COVID-19 outbreak in Ellebæk detention centre
Luk Ellebæk / Close Ellebæk report that, according to people detained in the centre, four of the 20 people in one section have tested positive within the last three days.
People in the section are very scared and frustrated, as almost no measurements are being taken to prevent the virus from spreading further.
Does the Home Office give clothes to asylum seekers?
After recent expenditure by the Home Office was brought to light, including £5,400 in the clothing store Primark, many people have come out to refute the claim that this could possibly have been spent on clothes for people arriving after Channel crossings.
People who have been through the British asylum system came out to state they had not received money for food, let alone clothing. Charities who do give out clothes to asylum seekers confirmed this. Other costs covered by the UK taxpayer included £669 on cupcakes and nearly £8000 spent in restaurants and pubs.
Meanwhile, Home Secretary, Priti Patel, has revived her plan to deport homeless asylum seekers, but has taken a hit over a mother and ex care worker, who lost her job as a result of the pandemic. The Home Office initially said she would have to move from the five to the 10 year route to settlement in order to apply for public funds, leaving her with little choice as the alternative was destitution and homelessness (which could have led to her being deported). However, with legal support, and through a judicial review, this decision has been over turned. She will remain on the five year route and can have access to public funds.
- Hush! Girls do not yell, by Mahdia Hossaini looks at the #metoo movement in Greece from the point of view of women on the move.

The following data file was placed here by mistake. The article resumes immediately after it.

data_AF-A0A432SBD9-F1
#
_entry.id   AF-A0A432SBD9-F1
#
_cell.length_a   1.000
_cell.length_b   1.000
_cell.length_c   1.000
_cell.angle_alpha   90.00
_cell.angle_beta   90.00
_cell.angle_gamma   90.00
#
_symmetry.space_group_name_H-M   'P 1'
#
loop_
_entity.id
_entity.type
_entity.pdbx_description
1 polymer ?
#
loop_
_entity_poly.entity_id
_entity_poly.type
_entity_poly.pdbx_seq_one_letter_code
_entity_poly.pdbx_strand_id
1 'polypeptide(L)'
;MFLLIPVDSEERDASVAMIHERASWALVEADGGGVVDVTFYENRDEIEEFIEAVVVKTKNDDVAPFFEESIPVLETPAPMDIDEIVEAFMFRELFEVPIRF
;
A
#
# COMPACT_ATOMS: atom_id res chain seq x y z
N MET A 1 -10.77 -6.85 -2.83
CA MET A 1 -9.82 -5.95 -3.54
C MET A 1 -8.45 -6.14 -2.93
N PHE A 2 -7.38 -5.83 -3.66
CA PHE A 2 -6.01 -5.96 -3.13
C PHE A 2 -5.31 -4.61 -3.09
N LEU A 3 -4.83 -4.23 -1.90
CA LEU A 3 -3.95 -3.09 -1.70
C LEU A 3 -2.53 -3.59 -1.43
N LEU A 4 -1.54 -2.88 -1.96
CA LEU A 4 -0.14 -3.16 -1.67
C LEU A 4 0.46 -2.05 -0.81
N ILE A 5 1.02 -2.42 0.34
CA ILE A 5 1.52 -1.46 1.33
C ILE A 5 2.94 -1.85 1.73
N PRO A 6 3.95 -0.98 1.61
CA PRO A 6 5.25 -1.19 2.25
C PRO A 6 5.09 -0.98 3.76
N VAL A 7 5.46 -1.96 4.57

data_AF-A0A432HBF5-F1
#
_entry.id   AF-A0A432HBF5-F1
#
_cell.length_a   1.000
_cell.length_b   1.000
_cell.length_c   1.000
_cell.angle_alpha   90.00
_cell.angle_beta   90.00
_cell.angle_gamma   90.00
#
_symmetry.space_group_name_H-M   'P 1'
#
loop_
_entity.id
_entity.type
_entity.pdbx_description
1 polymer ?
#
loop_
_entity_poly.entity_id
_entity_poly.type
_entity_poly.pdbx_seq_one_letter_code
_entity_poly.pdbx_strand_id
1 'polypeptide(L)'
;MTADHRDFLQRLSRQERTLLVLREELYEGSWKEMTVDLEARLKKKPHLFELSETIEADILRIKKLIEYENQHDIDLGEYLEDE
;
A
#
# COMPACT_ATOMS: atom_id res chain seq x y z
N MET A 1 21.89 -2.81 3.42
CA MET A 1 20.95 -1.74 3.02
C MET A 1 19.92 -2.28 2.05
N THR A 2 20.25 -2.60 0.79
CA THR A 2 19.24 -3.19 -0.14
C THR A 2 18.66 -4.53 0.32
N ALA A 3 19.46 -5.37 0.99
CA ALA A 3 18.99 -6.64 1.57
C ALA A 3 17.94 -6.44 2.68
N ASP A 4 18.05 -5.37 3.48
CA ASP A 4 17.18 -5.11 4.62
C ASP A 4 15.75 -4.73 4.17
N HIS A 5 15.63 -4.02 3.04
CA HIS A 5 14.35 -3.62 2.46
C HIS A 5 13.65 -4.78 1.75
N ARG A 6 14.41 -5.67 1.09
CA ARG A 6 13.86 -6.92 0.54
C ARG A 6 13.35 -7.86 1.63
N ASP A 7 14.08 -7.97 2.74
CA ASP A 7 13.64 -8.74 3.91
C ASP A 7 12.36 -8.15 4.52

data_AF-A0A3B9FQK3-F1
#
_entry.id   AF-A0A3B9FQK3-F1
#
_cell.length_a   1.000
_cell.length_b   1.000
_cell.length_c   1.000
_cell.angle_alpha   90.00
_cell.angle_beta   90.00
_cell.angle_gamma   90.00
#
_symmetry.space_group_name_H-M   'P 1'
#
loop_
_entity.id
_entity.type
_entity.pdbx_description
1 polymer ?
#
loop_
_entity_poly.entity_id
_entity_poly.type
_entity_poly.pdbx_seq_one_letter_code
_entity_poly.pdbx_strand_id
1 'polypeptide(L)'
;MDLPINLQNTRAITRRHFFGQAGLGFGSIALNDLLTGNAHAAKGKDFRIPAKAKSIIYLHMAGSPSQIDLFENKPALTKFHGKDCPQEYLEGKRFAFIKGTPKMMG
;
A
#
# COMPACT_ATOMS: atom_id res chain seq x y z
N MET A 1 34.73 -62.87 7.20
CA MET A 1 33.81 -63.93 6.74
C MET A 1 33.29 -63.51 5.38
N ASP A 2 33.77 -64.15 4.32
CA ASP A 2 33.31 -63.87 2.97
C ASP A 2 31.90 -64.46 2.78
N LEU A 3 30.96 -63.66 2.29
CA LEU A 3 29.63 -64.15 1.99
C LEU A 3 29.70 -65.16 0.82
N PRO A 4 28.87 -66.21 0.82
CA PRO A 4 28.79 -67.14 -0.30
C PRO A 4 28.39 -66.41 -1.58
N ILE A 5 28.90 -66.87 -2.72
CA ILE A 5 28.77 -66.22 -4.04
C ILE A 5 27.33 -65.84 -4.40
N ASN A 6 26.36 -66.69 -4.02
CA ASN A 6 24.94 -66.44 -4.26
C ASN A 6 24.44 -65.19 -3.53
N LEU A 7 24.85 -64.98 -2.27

- The Civil Fleet Podcast: Episode 2, Criminalised for saving lives. In today’s episode we speak with Sascha, a former head of operations on the Iuventa refugee rescue ship that saved around 14,000 lives between August 2016 and 2017. Sascha tells us what it was like working on the ship and how Italy’s far right movement got the intelligence services to spy on their activities and how the police seized the ship.
- An interview with rapper Eze Kay, from Sierra Leone currently stuck in the Samos hotspot.
- On the Move: Episode 13, Trapped in Bosnia. This week, Begüm Başdaş and her guests, journalist Franziska Grillmeier and documentary photographer Vincent Haiges, talked about the thousands of refugees stuck in limbo at Bosnia-Herzegovina’s borders with Croatia. This was yet another winter for refugees in Bosnia with temperatures dropping below -10 degrees without access to any basic services. Grillmeier and Haiges, who went to the borderlands in Bosnia, explained the current condition of refugees and the brutal pushbacks by the Croatian border forces.